_________ The sum of three times a number and – 4 is no more than 17.Â Â Â Â d. 3x + – 4 â‰¤ 17

_________ The sum of three times a number and – 4 is at least 17.

Answer:

c The sum of three times a number and – 4 is greater than 17.Â Â Â Â Â Â a. 3x + – 4 â‰Ą 17

b The sum of three times a number and – 4 is less than 17.Â Â Â Â Â Â Â Â b. 3x + – 4 < 17

d The sum of three times a number and – 4 is at most 17.Â Â Â Â Â Â Â Â Â c. 3x + – 4 > 17

d The sum of three times a number and – 4 is no more than 17.Â Â Â Â d. 3x + – 4 â‰¤ 17

a The sum of three times a number and – 4 is at least 17.

Question 2.

If x represents a positive integer, find the solutions to the following inequalities.

a. x < 7

Answer:

x < 7 or 1, 2, 3, 4, 5, 6

b. x – 15 < 20

Answer:

x < 35

c. x + 3 â‰¤ 15

Answer:

x â‰¤ 12

d. – x > 2

Answer:

There are no positive integer solutions.

e. 10 – x > 2

Answer:

x < 8

f. – x â‰Ą 2

Answer:

There are no positive integer solutions.

g. \(\frac{x}{3}\) < 2

x < 6 Answer: h. – \(\frac{x}{3}\) > 2

Answer:

There are no positive integer solutions.

i. 3 – \(\frac{x}{4}\) > 2

Answer:

x < 4

Question 3.

Recall that the symbol â‰ means not equal to. If x represents a positive integer, state whether each of the following statements is always true, sometimes true, or false.

a. x > 0

Answer:

Always true

b. x < 0

Answer:

False

c. x > – 5

Answer:

Always true

d. x > 1

Answer:

Sometimes true

e. x â‰Ą 1

Answer:

Always true

f. x â‰ 0

Answer:

Always true

g. x â‰ – 1

Answer:

Always true

h. x â‰ 5

Answer:

Sometimes true

Question 4.

Twice the smaller of two consecutive integers increased by the larger integer is at least 25.

Model the problem with an inequality, and determine which of the given values 7, 8, and/or 9 are solutions. Then, find the smallest number that will make the inequality true.

Answer:

2x + x + 1 â‰Ą 25

The smallest integer would be 8.

For x = 7:

2x + x + 1 â‰Ą 25

2(7) + 7 + 1 â‰Ą 25

14 + 7 + 1 â‰Ą 25

22 â‰Ą 25

False

For x = 8:

2x + x + 1 â‰Ą 25

2(8) + 8 + 1 â‰Ą 25

16 + 8 + 1 â‰Ą 25

25 â‰Ą 25

True

For x = 9:

2x + x + 1 â‰Ą 25

2(9) + 9 + 1 â‰Ą 25

18 + 9 + 1 â‰Ą 25

28 â‰Ą 25

True

The smallest integer would be 8.

Question 5.

a. The length of a rectangular fenced enclosure is 12 feet more than the width. If Farmer Dan has 100 feet of fencing, write an inequality to find the dimensions of the rectangle with the largest perimeter that can be created using 100 feet of fencing.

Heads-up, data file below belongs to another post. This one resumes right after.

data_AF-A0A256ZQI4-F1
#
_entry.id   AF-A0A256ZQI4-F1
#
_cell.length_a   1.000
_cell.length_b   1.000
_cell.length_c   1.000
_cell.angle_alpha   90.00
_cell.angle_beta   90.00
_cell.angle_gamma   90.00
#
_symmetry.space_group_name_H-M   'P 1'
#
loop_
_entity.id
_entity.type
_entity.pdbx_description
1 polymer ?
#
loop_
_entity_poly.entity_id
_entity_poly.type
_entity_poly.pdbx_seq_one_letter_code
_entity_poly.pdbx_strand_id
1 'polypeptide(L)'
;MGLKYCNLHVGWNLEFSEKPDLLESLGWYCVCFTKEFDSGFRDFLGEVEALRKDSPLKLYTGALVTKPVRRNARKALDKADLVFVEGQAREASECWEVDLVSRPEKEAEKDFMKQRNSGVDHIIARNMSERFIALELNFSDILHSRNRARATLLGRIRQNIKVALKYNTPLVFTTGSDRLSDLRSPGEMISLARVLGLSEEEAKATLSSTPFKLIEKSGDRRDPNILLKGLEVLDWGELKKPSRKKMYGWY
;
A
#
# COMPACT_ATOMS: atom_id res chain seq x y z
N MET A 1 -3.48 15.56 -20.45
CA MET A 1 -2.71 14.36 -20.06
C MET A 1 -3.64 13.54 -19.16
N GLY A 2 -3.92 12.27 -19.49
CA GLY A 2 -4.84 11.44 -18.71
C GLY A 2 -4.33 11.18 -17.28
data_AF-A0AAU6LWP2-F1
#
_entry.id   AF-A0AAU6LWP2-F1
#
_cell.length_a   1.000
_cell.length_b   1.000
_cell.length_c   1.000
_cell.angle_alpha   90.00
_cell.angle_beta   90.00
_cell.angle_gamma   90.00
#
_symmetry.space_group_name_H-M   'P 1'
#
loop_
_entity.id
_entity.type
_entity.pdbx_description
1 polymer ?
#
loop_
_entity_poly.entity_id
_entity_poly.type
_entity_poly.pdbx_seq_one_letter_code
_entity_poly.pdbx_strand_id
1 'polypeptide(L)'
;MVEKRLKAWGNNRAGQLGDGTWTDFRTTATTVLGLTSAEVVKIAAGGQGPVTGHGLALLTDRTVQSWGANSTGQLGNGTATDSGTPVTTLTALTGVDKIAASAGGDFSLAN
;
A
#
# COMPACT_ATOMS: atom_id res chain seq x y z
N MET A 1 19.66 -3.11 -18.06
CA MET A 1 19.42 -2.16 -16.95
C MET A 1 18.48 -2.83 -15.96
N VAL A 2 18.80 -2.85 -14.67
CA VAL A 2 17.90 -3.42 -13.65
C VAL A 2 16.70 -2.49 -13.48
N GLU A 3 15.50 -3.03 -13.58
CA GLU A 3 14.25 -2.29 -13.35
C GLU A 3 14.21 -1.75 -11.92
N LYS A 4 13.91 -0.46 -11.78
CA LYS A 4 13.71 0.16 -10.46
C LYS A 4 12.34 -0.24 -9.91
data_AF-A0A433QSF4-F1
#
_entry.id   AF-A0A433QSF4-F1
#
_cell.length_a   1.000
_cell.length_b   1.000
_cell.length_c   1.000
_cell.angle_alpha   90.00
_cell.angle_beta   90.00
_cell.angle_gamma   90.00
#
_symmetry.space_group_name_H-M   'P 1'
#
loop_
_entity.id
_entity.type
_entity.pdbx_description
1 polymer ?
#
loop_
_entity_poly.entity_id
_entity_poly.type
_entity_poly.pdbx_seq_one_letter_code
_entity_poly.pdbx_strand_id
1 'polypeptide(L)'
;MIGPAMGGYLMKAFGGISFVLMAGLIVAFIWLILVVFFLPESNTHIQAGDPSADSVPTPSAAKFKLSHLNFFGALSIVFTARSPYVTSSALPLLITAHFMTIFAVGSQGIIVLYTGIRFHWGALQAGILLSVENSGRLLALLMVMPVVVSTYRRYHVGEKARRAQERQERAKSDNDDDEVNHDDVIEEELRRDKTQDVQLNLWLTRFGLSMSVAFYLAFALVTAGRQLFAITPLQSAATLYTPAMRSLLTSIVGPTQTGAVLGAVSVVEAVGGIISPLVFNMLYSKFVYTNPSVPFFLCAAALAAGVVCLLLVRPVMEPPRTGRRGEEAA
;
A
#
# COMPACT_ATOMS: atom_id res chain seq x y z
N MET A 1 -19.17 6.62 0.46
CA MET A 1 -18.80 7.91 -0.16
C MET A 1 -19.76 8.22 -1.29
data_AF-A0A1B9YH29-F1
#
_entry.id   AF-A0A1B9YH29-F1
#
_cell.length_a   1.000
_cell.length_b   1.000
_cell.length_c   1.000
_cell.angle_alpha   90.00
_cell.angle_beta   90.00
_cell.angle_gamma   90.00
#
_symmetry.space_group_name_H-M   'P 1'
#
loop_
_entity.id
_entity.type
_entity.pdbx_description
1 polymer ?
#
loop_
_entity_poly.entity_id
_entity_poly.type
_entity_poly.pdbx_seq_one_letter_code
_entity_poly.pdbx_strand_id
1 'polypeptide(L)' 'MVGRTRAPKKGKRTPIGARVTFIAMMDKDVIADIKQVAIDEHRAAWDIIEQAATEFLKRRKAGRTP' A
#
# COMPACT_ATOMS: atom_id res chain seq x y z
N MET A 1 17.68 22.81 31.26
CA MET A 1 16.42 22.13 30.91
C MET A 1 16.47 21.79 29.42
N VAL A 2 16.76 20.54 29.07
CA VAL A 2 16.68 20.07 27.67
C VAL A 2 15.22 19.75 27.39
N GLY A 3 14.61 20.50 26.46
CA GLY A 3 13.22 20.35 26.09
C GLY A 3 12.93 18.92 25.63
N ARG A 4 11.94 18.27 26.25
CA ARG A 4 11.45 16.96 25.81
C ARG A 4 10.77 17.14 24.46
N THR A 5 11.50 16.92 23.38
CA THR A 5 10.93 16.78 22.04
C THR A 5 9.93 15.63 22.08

Answer:

Let w represent the width of the fenced enclosure.

w + 12: length of the fenced enclosure

w + w + w + 12 + w + 12 â‰¤ 100

4w + 24 â‰¤ 100

b. What are the dimensions of the rectangle with the largest perimeter? What is the area enclosed by this rectangle?

Answer:

4w + 24 â‰¤ 100

4w + 24 – 24 â‰¤ 100 – 24

4w + 0 â‰¤ 76

(\(\frac{1}{4}\))(4w) â‰¤ (\(\frac{1}{4}\))(76)

w â‰¤ 19

Maximum width is 19 feet.

Maximum length is 31 feet.

Maximum area: A = lw

A = (19)(31)

A = 589

The area is 589 ft < sup > 2 < /sup > .

Question 6.

At most, Kyle can spend $50 on sandwiches and chips for a picnic. He already bought chips for $6 and will buy sandwiches that cost $4.50 each. Write and solve an inequality to show how many sandwiches he can buy. Show your work, and interpret your solution.

Answer:

Let s represent the number of sandwiches.

4.50s + 6 â‰¤ 50

4.50s + 6 – 6 â‰¤ 50 – 6

4.50s â‰¤ 44

(\(\frac{1}{4.50}\))(4.50s) â‰¤ (\(\frac{1}{4.50}\))(44)

s â‰¤ 9 \(\frac{7}{9}\)

At most, Kyle can buy 9 sandwiches with $50.

### Eureka Math Grade 7 Module 3 Lesson 13 Exit Ticket Answer Key

Question 1.

Shaggy earned $7.55 per hour plus an additional $100 in tips waiting tables on Saturday. He earned at least $160 in all. Write an inequality and find the minimum number of hours, to the nearest hour, that Shaggy worked on Saturday.

Answer:

Let h represent the number of hours worked.

7.55h + 100 â‰Ą 160

7.55h + 100 – 100 â‰Ą 160 – 100

7.55h â‰Ą 60

(\(\frac{1}{7.55}\))(7.55h) â‰Ą (\(\frac{1}{7.55}\))(60)

h â‰Ą 7.9

If Shaggy earned at least $160, he would have worked at least 8 hours.